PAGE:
3bl logo
Subscribe

By signing up you agree to our privacy policy. You can opt out anytime.

It’s Okay to Brag: Why Your CSR Mission Needs to Be Marketed

Words by 3p Contributor
Leadership & Transparency
hero

By Ava Kelly

We have entered the era of the global citizen. Thanks to technology, today’s consumers make up an informed, interconnected community that has a heightened awareness of the human circumstance — from Syrian refugees to a lack of clean water in Africa. Impact that was once only possible through the platforms of politicians or business moguls can now be brought about by anyone with an Internet connection.

Consumerism is in full force, but it’s behaving differently, shifting from a focus on economy to consciousness. As shoppers take their hard-earned money to the stores, they’re looking for brands that have also embraced a global outlook. In fact, a majority of them say they’re willing to pay more for an item if the company selling it is attached to a humanitarian cause.

We’re all aware that this is why having a corporate social responsibility statement is so crucial nowadays, but its existence is just the beginning.

For corporate social responsibility (CSR) efforts to be significant, companies need an integrated marketing approach that incorporates the story behind their CSR to create consumer awareness and deepen people’s understanding and engagement.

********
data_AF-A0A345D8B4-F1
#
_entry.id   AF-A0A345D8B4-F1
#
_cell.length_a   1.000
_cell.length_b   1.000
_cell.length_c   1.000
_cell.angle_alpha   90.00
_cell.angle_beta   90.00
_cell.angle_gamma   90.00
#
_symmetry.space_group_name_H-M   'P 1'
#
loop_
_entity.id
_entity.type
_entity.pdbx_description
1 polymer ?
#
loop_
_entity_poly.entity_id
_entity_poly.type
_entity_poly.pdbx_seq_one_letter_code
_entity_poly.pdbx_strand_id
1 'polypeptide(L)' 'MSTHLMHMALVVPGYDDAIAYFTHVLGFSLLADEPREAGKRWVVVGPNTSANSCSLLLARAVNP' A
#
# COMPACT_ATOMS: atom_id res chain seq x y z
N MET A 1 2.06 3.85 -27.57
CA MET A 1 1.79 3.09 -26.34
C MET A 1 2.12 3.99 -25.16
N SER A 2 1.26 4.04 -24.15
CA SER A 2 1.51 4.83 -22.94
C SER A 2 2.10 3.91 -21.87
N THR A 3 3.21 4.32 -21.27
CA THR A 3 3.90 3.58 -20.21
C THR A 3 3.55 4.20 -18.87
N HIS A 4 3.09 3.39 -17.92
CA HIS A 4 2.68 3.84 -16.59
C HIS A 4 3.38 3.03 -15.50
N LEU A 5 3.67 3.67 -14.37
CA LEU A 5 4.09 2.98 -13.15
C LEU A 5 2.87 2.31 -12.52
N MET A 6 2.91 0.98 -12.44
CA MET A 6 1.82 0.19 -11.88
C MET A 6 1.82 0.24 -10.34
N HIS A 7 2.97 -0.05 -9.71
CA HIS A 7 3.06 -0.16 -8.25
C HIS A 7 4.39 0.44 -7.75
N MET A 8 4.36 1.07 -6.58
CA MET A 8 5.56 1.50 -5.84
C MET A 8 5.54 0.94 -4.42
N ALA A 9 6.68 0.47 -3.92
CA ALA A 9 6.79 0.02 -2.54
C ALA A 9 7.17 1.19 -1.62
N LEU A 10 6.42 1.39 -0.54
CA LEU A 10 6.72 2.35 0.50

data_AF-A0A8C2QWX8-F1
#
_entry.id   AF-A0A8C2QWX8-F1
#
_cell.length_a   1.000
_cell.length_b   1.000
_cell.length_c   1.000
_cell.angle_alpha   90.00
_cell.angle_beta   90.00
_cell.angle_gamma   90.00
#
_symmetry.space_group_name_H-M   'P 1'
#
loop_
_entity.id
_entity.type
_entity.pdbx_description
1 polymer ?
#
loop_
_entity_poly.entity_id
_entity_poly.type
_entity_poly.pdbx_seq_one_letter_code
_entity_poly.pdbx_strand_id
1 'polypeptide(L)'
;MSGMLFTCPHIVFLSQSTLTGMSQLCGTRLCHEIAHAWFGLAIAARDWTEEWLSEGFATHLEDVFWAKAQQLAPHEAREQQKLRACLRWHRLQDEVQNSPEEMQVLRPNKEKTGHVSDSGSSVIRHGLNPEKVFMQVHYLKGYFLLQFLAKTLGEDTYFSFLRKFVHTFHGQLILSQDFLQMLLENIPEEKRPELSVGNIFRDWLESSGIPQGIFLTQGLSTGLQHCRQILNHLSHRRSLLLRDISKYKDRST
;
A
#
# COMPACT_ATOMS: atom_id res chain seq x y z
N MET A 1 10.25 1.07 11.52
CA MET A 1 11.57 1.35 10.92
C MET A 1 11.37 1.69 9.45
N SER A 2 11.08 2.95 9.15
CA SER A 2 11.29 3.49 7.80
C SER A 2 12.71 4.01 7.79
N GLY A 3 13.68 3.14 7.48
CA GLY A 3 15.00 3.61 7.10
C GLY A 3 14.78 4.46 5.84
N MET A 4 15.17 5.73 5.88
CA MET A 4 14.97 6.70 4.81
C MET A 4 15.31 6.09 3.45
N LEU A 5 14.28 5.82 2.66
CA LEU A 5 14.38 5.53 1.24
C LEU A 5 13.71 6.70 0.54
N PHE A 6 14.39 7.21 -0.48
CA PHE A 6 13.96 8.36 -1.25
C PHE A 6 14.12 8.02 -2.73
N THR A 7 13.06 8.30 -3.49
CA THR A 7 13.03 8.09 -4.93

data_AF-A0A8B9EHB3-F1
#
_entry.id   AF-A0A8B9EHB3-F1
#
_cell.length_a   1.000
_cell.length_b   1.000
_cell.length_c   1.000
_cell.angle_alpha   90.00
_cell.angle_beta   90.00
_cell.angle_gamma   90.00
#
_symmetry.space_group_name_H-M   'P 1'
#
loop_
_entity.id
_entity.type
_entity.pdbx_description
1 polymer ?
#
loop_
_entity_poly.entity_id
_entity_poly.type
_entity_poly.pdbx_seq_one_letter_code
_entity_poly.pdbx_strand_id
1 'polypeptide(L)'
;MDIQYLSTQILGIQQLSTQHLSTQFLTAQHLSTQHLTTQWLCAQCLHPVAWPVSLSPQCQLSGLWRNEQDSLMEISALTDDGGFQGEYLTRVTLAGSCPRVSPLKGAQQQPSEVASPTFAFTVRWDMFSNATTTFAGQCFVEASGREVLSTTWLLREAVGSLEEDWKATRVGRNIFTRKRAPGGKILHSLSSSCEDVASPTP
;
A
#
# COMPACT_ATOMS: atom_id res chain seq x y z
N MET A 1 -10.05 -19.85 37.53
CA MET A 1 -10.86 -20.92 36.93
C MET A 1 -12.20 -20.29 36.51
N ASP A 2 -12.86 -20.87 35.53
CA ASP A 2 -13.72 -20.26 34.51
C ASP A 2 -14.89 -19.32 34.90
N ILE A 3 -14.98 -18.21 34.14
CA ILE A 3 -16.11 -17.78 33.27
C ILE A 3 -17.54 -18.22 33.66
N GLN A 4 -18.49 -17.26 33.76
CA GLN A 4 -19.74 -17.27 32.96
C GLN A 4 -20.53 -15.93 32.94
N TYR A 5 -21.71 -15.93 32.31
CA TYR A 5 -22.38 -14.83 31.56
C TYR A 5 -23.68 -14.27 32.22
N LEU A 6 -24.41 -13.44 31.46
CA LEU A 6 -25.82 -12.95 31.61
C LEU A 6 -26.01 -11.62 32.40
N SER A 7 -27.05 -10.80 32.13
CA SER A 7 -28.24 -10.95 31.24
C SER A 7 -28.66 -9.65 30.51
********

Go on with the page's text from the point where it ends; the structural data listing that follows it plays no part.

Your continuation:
Tell the world about it


Talking about your CSR mission won’t cheapen your efforts; it does just the opposite. Today’s consumers want to support sustainable, responsible companies with their purchases.

How are they supposed to know that your brand fits the bill if you don’t show them that it does?

One study recently revealed that brands see zero economic benefit to having a CSR plan when it’s implemented without an effectively-integrated marketing and communications strategy focused on consumers. However, the study concluded that a well-marketed CSR initiative will increase a company’s stock value exponentially — with an average value increase of more than 3 percent — and significantly reduce its idiosyncratic risk.

The message is clear: Regardless of its existence, if you’re not marketing your CSR, you’re potentially losing out on millions of dollars.